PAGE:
Director Lisa Donato’s Gossamer Folds focuses on the heartwarming friendship between two Kansas City suburban neighbours in 1986. When his parents decide to move the family away from the city in an attempt to salvage their marriage, ten year-old Tate (Jackson Robert Scott) is ordered by his prejudiced father Billy (a suitably menacing Shane West) to stay away from the house next door. It’s inhabited by Gossamer (Alexandra Grey), a beautiful twenty-something seamstress with a penchant for David Bowie, who happens to be a Black trans woman, something that causes Billy much discomfort.
As the marriage deteriorates further, Billy moves out leaving sole childcare duties to Tate’s struggling mother Frannie (Sprague Grayden). Much to the disapproval of her prickly boss Phyllis (a delectably frosty Yeardley Smith), Frannie frequently takes Tate to the wedding dress shop where she works until she receives an ultimatum from Phyllis; find someone to leave the boy with or find another job. Left with no other option she reluctantly leaves Tate in the care of Gossamer and her father (Franklin Ojeda Smith). Innately curious, Tate is seldom seen without his trusty Webster’s dictionary to look up any unfamiliar words the adults around him use. He’s unable to find the homophobic and transphobic words Billy uses to refer to Gossamer though, and unlike his father Tate has a tender openness towards her, untarnished by any preconceptions, and the two soon become close.
There’s a natural chemistry between Scott and Grey that’s a delight to behold, and although given the age difference it is something of an odd couple pairing, it never feels forced. Despite his relatively short screen time in the recent It movies as the ill-fated Georgie, Scott made an emotionally resonant impact that echoed throughout both of those films and here he delivers on that promise in this lead role opposite Grey with a rich, engaging performance; bright eyed, with an open, expressive face. Much of the appeal of the film is down to Alexandra Grey’s nuanced and charismatic performance as Gossamer, and the depiction of her friendship with Tate. The trauma and challenges she’s clearly faced in her life in order to be her true self, particularly given the time period and geographical location, are left unspoken for much of the film, but Grey conveys her character’s history in every frame. In fact one of the film’s most moving scenes sees Gossamer sitting alone in her car and involves no dialogue at all.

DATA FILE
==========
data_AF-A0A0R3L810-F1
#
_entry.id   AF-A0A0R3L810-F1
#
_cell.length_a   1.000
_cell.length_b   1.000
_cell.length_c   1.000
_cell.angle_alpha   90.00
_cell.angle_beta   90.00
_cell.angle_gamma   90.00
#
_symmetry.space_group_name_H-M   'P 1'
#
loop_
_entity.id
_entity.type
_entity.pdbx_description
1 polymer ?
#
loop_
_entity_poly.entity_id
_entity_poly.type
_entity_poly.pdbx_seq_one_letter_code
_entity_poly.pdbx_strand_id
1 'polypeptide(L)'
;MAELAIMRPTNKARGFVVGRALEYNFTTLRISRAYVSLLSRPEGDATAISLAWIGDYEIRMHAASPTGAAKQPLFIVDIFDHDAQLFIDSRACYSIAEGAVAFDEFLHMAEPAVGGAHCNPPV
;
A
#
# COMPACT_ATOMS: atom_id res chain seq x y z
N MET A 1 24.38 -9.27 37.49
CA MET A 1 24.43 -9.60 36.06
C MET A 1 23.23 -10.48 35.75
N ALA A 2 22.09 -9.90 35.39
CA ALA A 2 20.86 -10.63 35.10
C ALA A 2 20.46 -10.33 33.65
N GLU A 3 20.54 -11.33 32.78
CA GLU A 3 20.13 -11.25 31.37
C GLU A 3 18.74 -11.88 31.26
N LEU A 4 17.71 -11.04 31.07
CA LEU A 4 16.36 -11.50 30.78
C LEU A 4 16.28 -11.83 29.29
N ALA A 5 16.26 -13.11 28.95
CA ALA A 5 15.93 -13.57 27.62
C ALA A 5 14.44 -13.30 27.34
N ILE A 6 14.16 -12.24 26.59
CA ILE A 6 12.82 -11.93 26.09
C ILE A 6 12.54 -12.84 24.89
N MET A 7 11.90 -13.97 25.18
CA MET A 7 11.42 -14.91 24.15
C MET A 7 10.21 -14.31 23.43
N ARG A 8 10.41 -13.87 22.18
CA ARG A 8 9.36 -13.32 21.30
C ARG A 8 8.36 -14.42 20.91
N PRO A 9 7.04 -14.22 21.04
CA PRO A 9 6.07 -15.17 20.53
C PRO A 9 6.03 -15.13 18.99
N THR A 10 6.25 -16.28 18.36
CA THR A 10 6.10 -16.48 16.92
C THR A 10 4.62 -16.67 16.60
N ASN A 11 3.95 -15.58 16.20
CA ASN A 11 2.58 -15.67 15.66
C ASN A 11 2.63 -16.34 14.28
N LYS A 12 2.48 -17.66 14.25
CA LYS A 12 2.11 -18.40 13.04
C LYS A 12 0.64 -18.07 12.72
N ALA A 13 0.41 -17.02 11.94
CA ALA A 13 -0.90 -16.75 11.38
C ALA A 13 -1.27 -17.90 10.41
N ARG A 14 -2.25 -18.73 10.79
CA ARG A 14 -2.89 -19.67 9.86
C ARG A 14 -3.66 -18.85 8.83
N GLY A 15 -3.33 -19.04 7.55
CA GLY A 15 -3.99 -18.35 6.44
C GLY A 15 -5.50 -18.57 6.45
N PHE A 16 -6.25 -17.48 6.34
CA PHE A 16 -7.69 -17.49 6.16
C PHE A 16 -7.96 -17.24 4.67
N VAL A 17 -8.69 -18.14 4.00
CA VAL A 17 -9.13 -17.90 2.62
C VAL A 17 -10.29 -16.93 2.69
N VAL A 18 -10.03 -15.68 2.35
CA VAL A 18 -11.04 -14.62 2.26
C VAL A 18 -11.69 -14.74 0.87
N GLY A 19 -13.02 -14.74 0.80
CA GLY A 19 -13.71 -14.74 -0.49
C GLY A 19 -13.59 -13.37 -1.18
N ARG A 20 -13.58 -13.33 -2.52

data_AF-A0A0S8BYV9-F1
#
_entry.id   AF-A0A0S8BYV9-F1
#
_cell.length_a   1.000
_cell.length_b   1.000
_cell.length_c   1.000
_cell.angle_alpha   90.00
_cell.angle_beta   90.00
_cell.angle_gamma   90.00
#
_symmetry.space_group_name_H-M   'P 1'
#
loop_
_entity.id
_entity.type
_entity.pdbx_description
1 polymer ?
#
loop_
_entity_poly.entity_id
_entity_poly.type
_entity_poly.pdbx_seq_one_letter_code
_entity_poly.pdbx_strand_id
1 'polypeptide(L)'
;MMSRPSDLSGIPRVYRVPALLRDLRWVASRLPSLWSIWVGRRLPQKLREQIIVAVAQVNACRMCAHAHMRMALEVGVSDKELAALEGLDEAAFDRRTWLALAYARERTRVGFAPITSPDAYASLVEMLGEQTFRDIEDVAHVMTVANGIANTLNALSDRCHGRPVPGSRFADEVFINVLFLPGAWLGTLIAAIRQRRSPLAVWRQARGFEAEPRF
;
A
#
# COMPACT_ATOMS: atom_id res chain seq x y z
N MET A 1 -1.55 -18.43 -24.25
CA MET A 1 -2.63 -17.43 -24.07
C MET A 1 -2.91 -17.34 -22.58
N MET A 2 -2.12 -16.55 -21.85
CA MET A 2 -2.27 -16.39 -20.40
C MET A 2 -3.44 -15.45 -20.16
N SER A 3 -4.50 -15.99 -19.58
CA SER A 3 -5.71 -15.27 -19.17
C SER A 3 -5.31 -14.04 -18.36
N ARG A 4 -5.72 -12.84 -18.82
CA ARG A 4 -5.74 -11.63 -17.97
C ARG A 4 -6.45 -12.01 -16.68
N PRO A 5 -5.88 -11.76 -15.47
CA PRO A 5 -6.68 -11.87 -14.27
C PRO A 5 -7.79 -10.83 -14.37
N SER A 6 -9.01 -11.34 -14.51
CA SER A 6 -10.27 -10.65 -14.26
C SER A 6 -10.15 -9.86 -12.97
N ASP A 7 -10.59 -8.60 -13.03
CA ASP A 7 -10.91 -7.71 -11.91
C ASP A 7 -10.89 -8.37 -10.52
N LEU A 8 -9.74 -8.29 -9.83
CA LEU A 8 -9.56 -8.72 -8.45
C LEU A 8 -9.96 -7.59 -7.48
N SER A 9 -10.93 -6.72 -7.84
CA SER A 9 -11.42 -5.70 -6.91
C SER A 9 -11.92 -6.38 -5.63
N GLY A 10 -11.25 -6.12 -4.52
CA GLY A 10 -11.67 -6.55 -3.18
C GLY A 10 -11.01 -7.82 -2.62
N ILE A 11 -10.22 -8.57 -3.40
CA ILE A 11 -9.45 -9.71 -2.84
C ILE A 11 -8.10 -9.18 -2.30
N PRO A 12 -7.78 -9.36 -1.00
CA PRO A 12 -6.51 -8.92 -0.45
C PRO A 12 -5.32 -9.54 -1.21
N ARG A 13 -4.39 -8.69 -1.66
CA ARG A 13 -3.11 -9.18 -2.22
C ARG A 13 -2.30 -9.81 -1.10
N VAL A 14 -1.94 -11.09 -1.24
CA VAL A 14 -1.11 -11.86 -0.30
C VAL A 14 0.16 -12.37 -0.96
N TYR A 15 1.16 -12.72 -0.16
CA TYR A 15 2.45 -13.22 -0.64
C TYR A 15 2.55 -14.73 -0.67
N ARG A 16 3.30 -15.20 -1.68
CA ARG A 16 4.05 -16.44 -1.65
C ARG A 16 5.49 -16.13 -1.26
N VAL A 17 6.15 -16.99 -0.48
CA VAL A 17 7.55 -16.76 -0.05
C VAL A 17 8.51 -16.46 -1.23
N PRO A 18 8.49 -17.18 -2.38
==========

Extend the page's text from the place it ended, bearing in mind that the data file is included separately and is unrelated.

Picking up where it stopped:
When Gossamer’s experience is finally explicitly spoken about to her friend Jimbo (Ethan Suplee) it comes in an emotionally explosive scene, insightfully and economically written by screenwriter Bridget Flanery, with potent delivery to match; “None of you have any idea what I got to go through on a daily basis”, she says, “just to live my life, just to be myself.” When we learn that a trans friend of Gossamer’s has been attacked, the incident and its aftermath largely remain off-screen, but remind us of the constant threat Gossamer is living under, making her strength all the more poignant. Refreshingly though Flanery’s delicate, character-driven screenplay doesn’t focus on Gossamer’s struggles as a trans woman, and though others around her might want to define her by her transness, the film never does. While Gossamer’s father continues to misgender her, Franklin Ojeda Smith conveys an affecting paternal compassion, despite his refusal to accept her for who she truly is. There’s also a touching relationship between Gossamer and her friend Diana (Jen Richards, the young Anna Madrigal from Tales of the City). Although not much screen time is dedicated to them together, their deep connection is immediately clear; they are part of each others chosen family.
Beautifully photographed throughout by Ava Benjamin Shorr, with intimate, frequently handheld camerawork, as Gossamer and Tate become closer a visual motif emerges that sees them surrounded by firelies. Visually stunning, it radiates with the hope and light that each of these characters bring to each other’s lives. The film’s soundtrack features a soulful original song, Fireflies, performed by Sarah McLachlan and written by her specifically for the movie along with Pierre Marchand, with lyrics LGBTQ folks long to hear from those they love like ‘I’ll always take you as you are’ and ‘perfect just the way you are’.
While television, with particular credit to Pose, has offered us an array of diverse portrayals of trans women of colour and introduced audiences to some impressive talent, complex and meaningful trans representation, especially Black trans female characters, remains all too infrequent in feature films. The layered, compellingly portrayed character of Gossamer is something to be celebrated and will hopefully inspire other filmmakers to deliver more Black trans women front and centre on the big screen.
By James Kleinmann
Gossamer Folds is currently playing as part of the 2020 Outfest Los Angeles LGBTQ Film Festival which can be accessed via OutfestLA2020.com along with a cast and filmmaker Q&A.